QAnon Shaman's attorney: ‘These are people with brain damage’

·2 min read

An attorney for one of the more prominent Trump loyalists to enter the U.S. Capitol on Jan. 6 to stop the certification of the presidential election has an unorthodox defense for people like his client: they’re dullards.

“A lot of these defendants — and I’m going to use this colloquial term, perhaps disrespectfully — but they’re all f---ing short-bus people,” Albert Watkins told Talking Points Memo. “These are people with brain damage.”

Watkins, who represents self-proclaimed “QAnon Shaman” Jacob Chansley, used a couple more descriptors that were less than politically correct to make his case before arguing that regardless of their critical thinking skills, many of the alleged Capitol-stormers are unexceptional Americans, who were conned into doing something out of character.

“They were subjected to four-plus years of godd--n propaganda, the likes of which the world has not seen since f---ing Hitler,” Watkins told TPM.

Watkins had previously asked that his client be freed while awaiting trial because he believed he was following direct orders coming from the president of the United States. A judge determined that even if true, that wouldn’t make Chansley — who entered the Capitol with a flag on a spear and wearing bull’s horns — less of a threat to society.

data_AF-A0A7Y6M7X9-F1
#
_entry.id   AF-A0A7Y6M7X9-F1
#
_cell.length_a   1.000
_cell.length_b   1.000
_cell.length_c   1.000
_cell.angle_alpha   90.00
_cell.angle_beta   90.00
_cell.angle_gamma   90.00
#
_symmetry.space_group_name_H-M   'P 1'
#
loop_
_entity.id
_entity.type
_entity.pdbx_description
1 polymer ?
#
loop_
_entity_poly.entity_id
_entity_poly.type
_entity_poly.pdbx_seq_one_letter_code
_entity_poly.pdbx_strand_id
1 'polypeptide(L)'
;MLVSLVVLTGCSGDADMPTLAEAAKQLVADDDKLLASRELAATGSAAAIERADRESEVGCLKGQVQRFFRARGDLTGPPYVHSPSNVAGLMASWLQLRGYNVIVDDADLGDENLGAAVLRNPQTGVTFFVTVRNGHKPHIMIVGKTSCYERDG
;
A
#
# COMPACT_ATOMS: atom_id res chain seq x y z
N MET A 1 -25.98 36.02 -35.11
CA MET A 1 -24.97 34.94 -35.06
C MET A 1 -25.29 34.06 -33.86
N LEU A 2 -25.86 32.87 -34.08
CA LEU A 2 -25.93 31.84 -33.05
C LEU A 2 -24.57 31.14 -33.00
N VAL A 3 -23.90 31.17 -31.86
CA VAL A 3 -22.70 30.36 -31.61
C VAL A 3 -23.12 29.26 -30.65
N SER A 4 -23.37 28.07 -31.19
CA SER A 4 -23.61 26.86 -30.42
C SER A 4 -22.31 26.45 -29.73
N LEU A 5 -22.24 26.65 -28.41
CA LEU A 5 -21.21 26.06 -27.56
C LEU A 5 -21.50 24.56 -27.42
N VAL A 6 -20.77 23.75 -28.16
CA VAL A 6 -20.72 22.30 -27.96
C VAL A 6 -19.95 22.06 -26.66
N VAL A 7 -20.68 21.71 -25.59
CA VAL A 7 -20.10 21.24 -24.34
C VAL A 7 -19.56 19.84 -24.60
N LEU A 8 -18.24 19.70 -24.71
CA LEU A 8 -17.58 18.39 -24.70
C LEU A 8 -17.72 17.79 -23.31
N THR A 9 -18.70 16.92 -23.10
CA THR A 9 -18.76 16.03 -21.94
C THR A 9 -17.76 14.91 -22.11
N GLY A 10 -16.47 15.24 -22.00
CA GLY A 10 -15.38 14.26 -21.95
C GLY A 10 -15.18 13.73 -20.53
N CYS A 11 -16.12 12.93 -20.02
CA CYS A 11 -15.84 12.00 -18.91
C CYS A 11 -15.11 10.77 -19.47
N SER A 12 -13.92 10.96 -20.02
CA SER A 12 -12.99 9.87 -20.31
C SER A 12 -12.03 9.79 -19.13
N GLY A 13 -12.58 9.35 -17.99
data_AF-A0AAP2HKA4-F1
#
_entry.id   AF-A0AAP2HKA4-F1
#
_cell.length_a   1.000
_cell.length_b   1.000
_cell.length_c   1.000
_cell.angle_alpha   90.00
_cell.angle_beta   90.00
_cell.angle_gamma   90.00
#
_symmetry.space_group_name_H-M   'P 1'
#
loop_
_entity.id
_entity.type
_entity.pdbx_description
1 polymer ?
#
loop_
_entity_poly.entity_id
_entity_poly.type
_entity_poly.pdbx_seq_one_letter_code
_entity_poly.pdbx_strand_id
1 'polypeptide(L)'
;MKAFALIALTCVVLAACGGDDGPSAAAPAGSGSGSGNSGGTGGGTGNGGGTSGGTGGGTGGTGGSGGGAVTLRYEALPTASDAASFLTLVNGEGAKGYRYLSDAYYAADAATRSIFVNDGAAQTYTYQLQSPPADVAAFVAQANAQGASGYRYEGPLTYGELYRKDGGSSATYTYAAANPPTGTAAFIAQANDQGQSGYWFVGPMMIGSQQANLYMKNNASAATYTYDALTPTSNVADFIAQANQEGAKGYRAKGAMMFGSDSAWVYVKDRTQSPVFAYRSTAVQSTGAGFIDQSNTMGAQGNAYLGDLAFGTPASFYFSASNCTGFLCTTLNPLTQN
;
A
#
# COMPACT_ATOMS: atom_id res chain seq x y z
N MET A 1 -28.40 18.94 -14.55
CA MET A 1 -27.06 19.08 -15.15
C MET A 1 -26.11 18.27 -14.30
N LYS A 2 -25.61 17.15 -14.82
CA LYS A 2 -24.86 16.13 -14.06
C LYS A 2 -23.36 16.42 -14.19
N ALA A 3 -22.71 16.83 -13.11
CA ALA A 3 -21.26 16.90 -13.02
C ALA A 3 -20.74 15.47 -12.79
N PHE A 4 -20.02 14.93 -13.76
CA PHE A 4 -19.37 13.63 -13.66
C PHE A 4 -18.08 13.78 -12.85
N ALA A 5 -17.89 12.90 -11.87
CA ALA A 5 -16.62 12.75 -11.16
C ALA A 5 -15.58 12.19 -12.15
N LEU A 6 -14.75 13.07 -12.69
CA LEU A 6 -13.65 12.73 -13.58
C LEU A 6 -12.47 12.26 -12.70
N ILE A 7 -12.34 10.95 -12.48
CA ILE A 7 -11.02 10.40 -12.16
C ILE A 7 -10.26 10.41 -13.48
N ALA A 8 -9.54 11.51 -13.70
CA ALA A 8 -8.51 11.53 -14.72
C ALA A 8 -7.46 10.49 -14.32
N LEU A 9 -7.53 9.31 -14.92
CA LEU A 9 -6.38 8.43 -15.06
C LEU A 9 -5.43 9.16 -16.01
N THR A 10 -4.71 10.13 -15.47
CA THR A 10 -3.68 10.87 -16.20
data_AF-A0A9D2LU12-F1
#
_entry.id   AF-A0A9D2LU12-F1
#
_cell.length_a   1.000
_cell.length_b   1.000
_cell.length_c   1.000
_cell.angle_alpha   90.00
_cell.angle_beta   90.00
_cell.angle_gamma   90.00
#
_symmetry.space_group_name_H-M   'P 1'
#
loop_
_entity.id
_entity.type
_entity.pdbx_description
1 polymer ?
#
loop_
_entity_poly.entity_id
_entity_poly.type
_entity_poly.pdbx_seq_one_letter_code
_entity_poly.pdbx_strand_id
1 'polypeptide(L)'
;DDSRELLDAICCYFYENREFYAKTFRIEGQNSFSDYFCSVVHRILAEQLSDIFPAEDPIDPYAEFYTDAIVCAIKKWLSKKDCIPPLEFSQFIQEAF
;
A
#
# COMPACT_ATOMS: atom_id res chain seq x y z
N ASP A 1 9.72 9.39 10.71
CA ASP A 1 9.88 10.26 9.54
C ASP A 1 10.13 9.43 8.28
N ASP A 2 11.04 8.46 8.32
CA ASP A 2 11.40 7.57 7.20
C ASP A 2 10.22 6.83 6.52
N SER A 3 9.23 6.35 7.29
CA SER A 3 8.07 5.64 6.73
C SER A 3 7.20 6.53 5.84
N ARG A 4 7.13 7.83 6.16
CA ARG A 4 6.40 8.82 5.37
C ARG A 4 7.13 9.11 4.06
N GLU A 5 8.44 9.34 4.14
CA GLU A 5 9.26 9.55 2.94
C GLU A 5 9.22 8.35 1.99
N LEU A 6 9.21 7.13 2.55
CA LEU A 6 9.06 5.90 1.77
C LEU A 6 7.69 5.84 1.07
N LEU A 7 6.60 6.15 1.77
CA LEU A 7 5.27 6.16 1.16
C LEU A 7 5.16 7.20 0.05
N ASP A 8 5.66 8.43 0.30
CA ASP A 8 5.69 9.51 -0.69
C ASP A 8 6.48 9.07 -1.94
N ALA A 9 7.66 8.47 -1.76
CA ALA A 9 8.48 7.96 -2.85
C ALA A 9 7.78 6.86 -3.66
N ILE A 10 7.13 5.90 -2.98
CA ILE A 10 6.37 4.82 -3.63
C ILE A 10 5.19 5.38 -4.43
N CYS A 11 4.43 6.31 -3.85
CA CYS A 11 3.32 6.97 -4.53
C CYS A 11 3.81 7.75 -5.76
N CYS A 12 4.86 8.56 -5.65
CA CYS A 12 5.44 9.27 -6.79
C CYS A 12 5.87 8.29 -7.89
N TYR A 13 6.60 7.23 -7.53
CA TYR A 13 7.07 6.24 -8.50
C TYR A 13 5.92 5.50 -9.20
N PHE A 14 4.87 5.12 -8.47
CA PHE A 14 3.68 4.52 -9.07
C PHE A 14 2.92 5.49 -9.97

Watkins said his client is living with Asperger’s syndrome.

Chansley, along with thousands of like-minded individuals, converged on the Capitol to support former President Donald Trump’s baseless claims that the 2020 election had somehow been stolen from him. More than 400 people have been charged in connection with the attack.

TPM’s report notes that blaming propaganda for their actions may not result in not-guilty findings for those involved in the chaos of Jan. 6, but some legal experts suspect it could be considered a factor in the sentencing of some alleged rioters.

An attorney for another man accused of being involved in the uprising has argued that his client suffered from “Foxitis.” That was described as an affliction caused by “believing what was being fed to him” by Fox News.

Trump downplayed the uprising on Fox News, where he contradicted law enforcement’s summary of events by claiming there was “zero threat” and that his supporters were hugging and kissing cops in the Capitol.

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